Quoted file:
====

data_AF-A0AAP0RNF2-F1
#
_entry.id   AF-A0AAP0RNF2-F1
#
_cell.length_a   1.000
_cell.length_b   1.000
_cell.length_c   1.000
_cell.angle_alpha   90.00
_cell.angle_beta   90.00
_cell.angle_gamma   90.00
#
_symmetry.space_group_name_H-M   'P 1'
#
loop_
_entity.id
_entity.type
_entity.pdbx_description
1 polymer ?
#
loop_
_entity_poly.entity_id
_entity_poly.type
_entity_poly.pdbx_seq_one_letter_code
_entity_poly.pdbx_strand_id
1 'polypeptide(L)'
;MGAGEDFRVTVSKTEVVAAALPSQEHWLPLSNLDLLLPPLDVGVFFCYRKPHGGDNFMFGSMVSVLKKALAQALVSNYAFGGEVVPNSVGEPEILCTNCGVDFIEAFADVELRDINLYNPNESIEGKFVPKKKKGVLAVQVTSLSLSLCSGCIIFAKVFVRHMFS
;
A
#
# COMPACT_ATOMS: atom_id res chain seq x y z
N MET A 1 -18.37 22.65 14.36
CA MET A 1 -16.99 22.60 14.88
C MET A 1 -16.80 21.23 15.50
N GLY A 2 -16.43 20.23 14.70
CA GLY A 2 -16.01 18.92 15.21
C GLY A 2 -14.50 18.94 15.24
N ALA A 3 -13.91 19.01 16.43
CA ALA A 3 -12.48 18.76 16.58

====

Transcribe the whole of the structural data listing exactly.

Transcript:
data_AF-A0AAP0RNF2-F1
#
_entry.id   AF-A0AAP0RNF2-F1
#
_cell.length_a   1.000
_cell.length_b   1.000
_cell.length_c   1.000
_cell.angle_alpha   90.00
_cell.angle_beta   90.00
_cell.angle_gamma   90.00
#
_symmetry.space_group_name_H-M   'P 1'
#
loop_
_entity.id
_entity.type
_entity.pdbx_description
1 polymer ?
#
loop_
_entity_poly.entity_id
_entity_poly.type
_entity_poly.pdbx_seq_one_letter_code
_entity_poly.pdbx_strand_id
1 'polypeptide(L)'
;MGAGEDFRVTVSKTEVVAAALPSQEHWLPLSNLDLLLPPLDVGVFFCYRKPHGGDNFMFGSMVSVLKKALAQALVSNYAFGGEVVPNSVGEPEILCTNCGVDFIEAFADVELRDINLYNPNESIEGKFVPKKKKGVLAVQVTSLSLSLCSGCIIFAKVFVRHMFS
;
A
#
# COMPACT_ATOMS: atom_id res chain seq x y z
N MET A 1 -18.37 22.65 14.36
CA MET A 1 -16.99 22.60 14.88
C MET A 1 -16.80 21.23 15.50
N GLY A 2 -16.43 20.23 14.70
CA GLY A 2 -16.01 18.92 15.21
C GLY A 2 -14.50 18.94 15.24
N ALA A 3 -13.91 19.01 16.43
CA ALA A 3 -12.48 18.76 16.58